Haruki Murakami – What I Talk About When I Talk About Running


This is a short hundred and eighty page book, which has Murakami talk about his life, and the importance of running in it. It’s a quick-paced interesting read for everyone – be it a marathon runner, or a marathon reader. You can call it an autobiography, a memoir, a travel journal, or a training diary – the book easily fits all of the above descriptions. 

Murakami started running at the age of thirty-three, the age that Jesus Christ died. The age that Scott Fitzgerald started to go downhill. That age may be a kind of crossroads in life. And in his words, it was my belated, but real, starting point as a novelist. 

 What initially seemed like a way to stay in shape, while writing his novels, Murakami came to find a deeper spiritual bond with running, and throughout the book, he draws out the parallels between writing a novel and running. 

Fortunately, these two disciplines – focus and endurance – are different from talent, since they can be acquired and sharpened through training. You’ll naturally learn both concentration and endurance when you sit down everyday at your desk and train yourself to focus on one point. This is a lot like the training of muscles I wrote of a moment ago. You have to continually transmit the object of your focus to your entire body, and make sure it thoroughly assimilates the information necessary for you to writ every single day and concentrate on the work at hand. And gradually you’ll expand the limits of what you’re able to do. Almost imperceptibly, you’ll make the bar rise. This involves the same process as jogging every day to strengthen your muscles and develop a runner’s physique. 

However, while this book talks of the importance of running in Murakami’s life, it is, by no means, preachy. It doesn’t insist that the reader start running. In fact, he openly says that long distance-running is not for everyone, and if this book convinces someone to run, well and good, but if someone doesn’t enjoy running, they’ll never be able to continue with it, patiently. 

As the book progresses, Murakami’s focus shifts from marathons (including one that lasted over 60 miles!), to triathlons, and his thoughts during the event. It talks of his training, and the competition with himself to beat a certain time. It talks of the horrors of training for the cycling part of the triathlon and the challenges he’s faced with the swimming. As someone who tries to run at least one marathon a year (and always complete it, running – not walking), and has rarely been sidetracked due to injury or illness, Murakami’s book is a revelation of sorts. It mentions the typical marathon runner’s dilemma : the toughest part of the marathon comes after twenty-two miles are done. It discusses the solitary nature of running, as well how this sometimes brings great pleasure: be it due to the beautiful girl whose name he has never known, or due to running with John Irving, or to simply enjoy the music.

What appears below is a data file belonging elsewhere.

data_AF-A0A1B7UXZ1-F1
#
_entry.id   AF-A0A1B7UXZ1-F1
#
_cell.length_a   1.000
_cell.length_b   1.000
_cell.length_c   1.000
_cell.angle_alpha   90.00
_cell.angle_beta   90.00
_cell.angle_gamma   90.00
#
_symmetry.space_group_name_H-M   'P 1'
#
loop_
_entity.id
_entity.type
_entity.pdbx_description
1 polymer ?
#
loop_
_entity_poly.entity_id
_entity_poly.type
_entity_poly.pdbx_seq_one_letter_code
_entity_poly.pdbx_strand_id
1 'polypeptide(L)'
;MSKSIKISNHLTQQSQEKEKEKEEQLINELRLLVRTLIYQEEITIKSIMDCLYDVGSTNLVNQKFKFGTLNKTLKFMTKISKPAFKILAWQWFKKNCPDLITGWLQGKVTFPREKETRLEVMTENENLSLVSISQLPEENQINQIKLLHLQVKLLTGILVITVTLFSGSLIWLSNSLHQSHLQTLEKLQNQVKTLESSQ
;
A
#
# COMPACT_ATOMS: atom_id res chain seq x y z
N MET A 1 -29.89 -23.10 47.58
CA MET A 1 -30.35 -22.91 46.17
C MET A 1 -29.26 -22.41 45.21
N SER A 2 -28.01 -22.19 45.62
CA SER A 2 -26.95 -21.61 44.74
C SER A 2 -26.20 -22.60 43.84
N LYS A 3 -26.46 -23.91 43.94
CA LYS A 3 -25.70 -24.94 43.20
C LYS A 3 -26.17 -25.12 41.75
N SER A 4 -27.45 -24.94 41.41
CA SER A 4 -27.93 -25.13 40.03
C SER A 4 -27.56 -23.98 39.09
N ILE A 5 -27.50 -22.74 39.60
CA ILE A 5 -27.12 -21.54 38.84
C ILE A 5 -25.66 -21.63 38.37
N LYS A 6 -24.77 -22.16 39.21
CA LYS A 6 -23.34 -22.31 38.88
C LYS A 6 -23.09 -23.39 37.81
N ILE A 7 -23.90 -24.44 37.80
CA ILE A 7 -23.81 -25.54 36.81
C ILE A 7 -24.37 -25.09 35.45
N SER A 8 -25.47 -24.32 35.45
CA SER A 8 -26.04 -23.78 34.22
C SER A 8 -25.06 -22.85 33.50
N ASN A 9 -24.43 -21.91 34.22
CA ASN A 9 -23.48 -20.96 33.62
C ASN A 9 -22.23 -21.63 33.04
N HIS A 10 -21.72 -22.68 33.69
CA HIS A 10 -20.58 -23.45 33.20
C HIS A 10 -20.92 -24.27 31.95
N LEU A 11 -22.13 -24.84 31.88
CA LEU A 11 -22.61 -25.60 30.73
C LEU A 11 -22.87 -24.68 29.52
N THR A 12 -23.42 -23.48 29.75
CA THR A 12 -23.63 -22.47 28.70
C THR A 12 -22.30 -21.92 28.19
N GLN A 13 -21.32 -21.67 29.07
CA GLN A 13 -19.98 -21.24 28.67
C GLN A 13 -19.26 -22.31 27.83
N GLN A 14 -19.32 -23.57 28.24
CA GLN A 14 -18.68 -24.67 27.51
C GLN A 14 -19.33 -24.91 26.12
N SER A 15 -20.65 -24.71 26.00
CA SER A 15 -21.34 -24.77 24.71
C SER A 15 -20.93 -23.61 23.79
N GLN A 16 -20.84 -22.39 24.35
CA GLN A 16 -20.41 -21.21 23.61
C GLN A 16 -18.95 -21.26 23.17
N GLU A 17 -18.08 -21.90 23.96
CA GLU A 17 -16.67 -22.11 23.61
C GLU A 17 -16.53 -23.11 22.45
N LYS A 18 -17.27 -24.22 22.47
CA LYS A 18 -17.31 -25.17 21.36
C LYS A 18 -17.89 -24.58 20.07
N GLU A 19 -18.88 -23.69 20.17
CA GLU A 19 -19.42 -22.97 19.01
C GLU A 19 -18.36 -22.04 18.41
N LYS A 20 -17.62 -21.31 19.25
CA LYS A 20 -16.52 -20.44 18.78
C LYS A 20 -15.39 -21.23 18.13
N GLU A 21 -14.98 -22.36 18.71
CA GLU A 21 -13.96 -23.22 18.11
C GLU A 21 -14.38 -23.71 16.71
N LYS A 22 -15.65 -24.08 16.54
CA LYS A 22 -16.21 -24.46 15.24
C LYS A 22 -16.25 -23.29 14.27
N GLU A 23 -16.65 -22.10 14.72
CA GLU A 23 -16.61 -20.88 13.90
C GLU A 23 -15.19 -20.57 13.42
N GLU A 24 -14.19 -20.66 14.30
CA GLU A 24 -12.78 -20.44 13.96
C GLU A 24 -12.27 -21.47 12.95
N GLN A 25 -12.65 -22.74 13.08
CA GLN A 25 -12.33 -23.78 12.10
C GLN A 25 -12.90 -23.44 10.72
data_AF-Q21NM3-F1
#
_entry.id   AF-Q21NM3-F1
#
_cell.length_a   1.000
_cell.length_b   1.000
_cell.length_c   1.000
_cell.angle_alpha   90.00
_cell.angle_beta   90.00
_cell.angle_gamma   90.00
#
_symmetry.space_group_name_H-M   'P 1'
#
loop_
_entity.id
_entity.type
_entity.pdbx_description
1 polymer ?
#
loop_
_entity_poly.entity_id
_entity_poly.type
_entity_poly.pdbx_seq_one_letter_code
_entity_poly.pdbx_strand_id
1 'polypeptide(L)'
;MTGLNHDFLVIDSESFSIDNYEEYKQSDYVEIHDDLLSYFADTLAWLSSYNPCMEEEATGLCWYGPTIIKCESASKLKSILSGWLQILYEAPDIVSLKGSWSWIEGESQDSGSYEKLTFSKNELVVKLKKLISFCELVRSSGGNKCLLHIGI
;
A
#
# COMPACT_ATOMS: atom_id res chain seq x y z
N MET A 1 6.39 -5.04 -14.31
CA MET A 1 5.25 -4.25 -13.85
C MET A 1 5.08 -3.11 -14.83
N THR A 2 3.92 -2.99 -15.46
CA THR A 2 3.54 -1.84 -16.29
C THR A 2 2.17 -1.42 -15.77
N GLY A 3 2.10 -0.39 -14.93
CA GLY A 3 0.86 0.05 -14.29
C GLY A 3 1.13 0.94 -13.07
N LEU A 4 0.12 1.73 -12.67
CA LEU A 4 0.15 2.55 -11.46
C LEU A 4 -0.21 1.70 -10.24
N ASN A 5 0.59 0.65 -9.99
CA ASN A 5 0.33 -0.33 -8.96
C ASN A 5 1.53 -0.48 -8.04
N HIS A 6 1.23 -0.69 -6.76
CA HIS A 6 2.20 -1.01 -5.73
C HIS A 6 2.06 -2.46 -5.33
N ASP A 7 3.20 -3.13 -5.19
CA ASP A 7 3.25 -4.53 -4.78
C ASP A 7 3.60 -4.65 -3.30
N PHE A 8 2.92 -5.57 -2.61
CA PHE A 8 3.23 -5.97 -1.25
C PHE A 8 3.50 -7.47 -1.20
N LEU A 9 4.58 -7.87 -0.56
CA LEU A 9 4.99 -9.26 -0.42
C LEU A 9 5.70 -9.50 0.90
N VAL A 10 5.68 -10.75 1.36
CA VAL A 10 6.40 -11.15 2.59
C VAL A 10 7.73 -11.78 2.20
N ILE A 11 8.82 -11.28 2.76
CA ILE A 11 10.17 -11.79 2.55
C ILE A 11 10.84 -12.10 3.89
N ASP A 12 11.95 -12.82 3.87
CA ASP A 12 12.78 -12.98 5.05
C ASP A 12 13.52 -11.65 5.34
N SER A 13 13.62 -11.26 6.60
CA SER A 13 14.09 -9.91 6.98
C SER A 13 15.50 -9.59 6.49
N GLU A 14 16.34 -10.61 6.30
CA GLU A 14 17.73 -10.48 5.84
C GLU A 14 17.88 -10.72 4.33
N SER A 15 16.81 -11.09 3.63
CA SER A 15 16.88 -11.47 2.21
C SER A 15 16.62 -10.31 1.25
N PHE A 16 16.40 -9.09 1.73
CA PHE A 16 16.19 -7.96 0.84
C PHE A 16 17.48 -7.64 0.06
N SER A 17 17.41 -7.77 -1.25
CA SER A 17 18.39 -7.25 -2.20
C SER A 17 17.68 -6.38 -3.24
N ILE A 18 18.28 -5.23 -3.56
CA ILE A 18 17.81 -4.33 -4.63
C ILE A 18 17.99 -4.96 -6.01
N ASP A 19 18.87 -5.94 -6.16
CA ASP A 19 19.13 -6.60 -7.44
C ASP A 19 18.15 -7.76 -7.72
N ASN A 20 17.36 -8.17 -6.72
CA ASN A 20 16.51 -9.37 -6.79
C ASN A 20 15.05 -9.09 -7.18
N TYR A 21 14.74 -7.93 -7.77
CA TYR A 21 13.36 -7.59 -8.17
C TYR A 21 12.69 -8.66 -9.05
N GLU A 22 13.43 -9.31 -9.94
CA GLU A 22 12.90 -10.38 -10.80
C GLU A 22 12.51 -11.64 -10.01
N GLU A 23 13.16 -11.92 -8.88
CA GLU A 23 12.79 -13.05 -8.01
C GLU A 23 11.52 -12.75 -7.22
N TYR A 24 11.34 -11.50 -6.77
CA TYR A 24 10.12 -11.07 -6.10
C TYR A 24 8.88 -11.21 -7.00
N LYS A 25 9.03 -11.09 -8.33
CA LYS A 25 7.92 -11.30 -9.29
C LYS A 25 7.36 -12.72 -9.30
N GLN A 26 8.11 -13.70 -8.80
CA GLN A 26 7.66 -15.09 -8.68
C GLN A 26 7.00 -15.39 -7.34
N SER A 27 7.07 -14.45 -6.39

With the London Marathon being the hot topic on everyone’s lips for the last couple of weeks, this book immediately made it to the bestsellers list at most bookstores. Ironically enough, Murakami never mentions running a London marathon, although he has talks of his experiences running the New York marathon multiple times, as well as the marathons at Greece, Honolulu, Boston and Japan. 

I wasn’t sure what I was expecting when I picked up this book. I’ve read just the one book by Murakami (Norwegian Wood), and I am not a long distance runner. I do, however, enjoy swimming and its solitary nature, so yes – I can relate to a fair few emotions and philosophies the author discusses. But… I digress. I don’t even know why I picked up this book. However, I did enjoy reading it, and while I don’t have what it takes to be a long-distance runner, I honestly admire Murakami’s commitment to the sport. 

Overall, I’d say a 6 on 10 – maybe if I’d read more of Murakami (I do have a couple of his books on my reading list), or if I was a long-distance runner, I’d have enjoyed it a lot more. If you’re a bigger Murakami fan than I am, or if you have an interest in long-distance running, pick up this book… 

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